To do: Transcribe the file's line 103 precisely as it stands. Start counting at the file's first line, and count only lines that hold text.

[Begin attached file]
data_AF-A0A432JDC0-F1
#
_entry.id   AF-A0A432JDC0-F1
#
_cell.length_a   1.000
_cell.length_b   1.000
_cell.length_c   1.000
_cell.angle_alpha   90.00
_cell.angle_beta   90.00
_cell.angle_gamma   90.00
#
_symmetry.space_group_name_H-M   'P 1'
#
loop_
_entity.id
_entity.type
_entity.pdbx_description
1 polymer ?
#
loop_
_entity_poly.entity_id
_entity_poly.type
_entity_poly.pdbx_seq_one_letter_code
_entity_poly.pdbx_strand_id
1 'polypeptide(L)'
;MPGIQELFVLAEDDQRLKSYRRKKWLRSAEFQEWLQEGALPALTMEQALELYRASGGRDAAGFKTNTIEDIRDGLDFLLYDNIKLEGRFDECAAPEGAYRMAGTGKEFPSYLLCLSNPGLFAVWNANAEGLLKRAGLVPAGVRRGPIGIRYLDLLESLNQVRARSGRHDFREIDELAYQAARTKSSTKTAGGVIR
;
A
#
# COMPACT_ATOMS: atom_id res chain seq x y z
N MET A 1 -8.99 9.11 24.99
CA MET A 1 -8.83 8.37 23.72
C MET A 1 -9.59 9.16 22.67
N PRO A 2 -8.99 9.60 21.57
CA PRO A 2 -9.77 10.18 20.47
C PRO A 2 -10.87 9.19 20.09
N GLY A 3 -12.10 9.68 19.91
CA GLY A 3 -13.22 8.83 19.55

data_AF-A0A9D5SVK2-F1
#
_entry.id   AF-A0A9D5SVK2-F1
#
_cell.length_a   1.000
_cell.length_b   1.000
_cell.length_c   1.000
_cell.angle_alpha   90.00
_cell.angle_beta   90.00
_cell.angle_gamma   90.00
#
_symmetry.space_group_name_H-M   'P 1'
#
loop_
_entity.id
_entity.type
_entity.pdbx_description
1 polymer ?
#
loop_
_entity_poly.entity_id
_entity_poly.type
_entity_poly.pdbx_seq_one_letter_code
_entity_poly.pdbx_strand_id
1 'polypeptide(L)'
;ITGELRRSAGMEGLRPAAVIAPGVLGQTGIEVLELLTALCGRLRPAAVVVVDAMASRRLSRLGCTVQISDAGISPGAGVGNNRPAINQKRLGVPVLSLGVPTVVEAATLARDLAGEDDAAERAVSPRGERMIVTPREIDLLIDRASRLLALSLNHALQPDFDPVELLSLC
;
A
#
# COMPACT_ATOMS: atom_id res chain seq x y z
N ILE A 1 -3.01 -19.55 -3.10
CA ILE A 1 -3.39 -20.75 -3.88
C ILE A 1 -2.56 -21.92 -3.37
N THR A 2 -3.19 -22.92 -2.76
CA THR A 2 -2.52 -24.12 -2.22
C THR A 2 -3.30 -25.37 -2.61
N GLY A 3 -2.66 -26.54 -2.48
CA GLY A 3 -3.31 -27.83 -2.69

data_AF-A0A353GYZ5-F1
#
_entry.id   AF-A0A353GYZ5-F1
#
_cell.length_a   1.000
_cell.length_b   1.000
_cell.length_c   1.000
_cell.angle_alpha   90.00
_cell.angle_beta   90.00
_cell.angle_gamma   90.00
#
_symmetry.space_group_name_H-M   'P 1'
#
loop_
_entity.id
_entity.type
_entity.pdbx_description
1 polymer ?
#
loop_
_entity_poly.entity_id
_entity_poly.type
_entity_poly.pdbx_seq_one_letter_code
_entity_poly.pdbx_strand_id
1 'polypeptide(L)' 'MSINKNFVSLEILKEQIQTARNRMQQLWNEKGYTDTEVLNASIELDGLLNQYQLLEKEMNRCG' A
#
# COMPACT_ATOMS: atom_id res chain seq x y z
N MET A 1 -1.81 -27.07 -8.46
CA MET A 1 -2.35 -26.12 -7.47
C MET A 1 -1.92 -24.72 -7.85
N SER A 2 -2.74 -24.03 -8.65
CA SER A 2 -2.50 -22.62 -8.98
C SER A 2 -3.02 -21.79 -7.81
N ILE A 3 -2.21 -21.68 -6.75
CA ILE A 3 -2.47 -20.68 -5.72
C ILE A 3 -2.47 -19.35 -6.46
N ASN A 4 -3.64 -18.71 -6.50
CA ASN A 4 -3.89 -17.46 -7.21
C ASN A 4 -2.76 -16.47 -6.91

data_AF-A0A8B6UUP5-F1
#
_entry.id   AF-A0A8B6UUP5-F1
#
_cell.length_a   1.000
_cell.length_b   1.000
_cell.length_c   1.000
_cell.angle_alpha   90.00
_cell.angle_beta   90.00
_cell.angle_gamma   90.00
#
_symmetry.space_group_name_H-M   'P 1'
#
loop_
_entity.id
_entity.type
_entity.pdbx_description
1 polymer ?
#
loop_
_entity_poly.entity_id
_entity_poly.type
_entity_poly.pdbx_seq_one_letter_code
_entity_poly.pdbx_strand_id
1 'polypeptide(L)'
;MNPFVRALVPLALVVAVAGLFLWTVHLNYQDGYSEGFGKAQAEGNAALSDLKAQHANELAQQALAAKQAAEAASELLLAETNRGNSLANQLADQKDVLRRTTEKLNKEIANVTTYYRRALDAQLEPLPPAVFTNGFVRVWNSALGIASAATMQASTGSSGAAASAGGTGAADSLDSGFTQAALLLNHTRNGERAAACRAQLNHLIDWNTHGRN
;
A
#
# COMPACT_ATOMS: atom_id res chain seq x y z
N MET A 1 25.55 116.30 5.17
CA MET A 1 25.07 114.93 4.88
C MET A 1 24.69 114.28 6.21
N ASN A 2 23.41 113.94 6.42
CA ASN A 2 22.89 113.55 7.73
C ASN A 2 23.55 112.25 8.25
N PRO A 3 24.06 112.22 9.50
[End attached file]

# COMPACT_ATOMS: atom_id res chain seq x y z